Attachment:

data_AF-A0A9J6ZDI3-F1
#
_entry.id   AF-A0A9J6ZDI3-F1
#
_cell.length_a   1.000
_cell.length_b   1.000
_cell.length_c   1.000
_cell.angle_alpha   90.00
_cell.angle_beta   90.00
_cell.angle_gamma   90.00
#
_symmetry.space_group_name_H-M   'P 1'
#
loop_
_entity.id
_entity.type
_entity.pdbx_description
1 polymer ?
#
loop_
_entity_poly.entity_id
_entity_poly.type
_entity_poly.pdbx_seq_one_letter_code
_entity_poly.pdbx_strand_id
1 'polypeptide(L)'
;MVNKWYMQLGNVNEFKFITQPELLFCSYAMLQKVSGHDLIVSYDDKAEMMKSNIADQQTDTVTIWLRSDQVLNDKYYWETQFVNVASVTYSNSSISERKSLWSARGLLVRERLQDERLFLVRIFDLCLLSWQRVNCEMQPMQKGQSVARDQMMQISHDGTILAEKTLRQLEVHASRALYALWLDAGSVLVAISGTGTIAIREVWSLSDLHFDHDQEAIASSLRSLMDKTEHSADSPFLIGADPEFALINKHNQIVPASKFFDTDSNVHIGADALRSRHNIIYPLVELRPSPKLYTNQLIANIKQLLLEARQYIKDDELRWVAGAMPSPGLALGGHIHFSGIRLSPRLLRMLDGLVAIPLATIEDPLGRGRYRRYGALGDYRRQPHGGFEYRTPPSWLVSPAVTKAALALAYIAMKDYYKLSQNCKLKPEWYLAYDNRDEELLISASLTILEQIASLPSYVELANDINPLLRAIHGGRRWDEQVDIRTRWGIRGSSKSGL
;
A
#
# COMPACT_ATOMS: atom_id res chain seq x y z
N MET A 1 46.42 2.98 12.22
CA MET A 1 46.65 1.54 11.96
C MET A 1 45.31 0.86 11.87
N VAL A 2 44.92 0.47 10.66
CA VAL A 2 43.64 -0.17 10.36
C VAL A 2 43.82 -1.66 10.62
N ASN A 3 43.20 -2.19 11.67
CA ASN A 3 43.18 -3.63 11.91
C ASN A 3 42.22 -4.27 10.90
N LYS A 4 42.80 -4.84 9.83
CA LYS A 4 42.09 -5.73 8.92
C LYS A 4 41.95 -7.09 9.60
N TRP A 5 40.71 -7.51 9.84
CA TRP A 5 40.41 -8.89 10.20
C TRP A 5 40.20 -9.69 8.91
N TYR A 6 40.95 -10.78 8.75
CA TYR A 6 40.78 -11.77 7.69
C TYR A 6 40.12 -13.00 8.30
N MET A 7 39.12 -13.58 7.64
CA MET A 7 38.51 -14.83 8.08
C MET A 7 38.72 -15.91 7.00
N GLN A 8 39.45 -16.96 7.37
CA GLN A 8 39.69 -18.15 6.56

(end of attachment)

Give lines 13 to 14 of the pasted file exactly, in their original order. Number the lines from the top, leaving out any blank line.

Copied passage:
#
loop_